“You never want to be forced to sell long-term investments at an inopportune time to raise cash,” Hamerman advises. It’s better to have some money available in an easy-to-liquidate, short-term investment. So if you skimped on this strategy in the past in favor of longer-term or illiquid investments, this could be your opportunity to shore things up.” Talk with your relationship manager about the best options for your personal and business strategies.

Teri Cettina writes about personal finance and business from Portland, Oregon, and is a frequent contributor to Conversations. Image by iStock

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Wells Fargo & Company and its affiliates do not provide legal or tax advice. Please consult your legal and/or tax advisors to determine how this information may apply to your own situation. Whether any planned tax result is realized by you depends on the specific facts of your own situation at the time your tax return is filed.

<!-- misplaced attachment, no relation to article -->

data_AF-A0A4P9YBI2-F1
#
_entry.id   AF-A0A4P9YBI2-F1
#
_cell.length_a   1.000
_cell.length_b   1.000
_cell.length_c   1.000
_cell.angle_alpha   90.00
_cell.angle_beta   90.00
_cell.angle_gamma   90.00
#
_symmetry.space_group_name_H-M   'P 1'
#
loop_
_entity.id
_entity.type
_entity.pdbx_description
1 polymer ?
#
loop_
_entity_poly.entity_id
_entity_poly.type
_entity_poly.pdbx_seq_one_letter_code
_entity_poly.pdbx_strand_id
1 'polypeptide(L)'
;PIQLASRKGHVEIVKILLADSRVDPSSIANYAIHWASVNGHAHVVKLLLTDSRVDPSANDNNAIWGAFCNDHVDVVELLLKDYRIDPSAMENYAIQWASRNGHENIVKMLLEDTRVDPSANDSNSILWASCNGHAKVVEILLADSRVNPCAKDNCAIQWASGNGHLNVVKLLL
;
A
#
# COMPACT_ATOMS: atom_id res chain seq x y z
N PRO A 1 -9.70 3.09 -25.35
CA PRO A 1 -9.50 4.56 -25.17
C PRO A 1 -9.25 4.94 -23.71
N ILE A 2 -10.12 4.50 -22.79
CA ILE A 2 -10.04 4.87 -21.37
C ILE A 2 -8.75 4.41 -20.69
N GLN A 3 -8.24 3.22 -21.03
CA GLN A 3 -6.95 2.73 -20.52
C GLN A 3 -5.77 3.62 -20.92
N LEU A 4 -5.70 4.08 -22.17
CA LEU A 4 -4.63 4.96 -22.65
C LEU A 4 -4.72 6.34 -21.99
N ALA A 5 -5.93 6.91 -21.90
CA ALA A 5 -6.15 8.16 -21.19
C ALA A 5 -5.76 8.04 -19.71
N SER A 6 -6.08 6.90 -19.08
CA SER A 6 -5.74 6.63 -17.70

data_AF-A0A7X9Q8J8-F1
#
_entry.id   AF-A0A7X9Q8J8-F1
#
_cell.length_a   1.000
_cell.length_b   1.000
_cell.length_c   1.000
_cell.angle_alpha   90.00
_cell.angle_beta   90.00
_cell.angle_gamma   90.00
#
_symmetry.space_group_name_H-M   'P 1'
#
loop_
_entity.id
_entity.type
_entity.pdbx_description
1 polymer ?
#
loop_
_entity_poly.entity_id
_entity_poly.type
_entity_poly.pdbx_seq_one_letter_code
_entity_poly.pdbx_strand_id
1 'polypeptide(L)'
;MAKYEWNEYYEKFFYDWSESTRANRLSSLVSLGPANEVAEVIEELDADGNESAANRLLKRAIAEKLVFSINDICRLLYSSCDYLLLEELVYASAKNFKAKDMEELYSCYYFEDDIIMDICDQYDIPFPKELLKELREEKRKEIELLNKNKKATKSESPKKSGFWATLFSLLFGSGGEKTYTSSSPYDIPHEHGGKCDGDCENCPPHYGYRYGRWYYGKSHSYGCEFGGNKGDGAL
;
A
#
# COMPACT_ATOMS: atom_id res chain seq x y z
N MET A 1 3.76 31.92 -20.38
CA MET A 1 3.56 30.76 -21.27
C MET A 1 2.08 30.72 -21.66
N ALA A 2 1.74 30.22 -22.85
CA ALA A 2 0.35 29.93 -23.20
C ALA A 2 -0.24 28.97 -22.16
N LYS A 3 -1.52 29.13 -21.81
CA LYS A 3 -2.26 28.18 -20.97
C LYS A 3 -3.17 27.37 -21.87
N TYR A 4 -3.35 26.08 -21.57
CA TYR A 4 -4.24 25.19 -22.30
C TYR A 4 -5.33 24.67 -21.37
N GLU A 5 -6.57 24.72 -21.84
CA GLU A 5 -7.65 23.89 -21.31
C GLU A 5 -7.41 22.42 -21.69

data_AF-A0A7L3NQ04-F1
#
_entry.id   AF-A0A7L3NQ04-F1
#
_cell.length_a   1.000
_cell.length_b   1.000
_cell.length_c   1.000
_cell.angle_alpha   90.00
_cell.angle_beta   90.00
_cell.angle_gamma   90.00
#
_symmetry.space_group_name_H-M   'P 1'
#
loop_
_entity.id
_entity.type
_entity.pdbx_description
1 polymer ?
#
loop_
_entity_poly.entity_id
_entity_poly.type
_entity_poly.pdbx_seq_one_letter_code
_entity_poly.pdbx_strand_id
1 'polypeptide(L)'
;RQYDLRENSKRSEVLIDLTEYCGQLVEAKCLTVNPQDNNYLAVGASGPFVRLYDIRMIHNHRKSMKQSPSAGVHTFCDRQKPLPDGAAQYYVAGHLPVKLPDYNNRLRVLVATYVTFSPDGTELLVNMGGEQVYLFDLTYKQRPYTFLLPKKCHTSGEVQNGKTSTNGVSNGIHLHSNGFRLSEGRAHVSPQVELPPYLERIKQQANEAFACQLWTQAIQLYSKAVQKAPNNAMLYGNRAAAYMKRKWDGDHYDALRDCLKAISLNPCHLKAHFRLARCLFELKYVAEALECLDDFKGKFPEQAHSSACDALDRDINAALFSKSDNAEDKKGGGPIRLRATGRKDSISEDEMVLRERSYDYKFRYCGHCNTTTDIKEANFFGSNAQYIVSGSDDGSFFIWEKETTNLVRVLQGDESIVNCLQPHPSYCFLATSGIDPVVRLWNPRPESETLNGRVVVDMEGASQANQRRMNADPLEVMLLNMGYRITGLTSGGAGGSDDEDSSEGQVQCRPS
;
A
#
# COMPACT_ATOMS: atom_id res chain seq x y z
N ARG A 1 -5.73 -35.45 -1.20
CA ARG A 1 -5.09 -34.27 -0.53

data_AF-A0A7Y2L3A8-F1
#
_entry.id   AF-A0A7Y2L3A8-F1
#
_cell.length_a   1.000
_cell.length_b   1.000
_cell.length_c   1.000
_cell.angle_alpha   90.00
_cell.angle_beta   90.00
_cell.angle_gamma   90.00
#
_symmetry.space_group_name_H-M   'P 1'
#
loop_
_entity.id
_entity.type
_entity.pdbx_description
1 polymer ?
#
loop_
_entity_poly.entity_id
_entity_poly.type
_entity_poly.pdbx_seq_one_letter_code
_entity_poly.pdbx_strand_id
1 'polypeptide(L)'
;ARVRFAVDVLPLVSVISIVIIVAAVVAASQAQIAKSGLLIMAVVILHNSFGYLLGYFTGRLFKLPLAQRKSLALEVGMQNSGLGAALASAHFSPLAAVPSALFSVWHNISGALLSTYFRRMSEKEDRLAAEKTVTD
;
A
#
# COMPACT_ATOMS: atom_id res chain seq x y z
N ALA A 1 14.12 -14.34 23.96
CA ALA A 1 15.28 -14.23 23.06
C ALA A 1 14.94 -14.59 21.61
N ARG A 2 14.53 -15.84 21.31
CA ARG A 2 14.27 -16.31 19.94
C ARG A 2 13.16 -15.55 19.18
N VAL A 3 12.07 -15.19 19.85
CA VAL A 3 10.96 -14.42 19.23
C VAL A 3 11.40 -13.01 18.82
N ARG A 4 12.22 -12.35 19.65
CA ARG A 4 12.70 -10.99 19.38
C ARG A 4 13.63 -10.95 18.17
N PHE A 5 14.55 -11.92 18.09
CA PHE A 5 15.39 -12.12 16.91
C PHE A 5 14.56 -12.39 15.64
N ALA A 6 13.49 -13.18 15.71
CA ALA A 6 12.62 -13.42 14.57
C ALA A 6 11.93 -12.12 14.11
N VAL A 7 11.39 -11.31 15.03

Brokerage services are offered through Wells Fargo Advisors.

Wells Fargo Bank, N.A. offers various advisory and fiduciary products and services including discretionary portfolio management. Wells Fargo affiliates, including Financial Advisors of Wells Fargo Advisors, a separate non-bank affiliate, may be paid an ongoing or one-time referral fee in relation to clients referred to the bank. The bank is responsible for the day-to-day management of the account and for providing investment advice, investment management services and wealth management services to clients. The role of the Financial Advisor with respect to Bank products and services is limited to referral and relationship management services.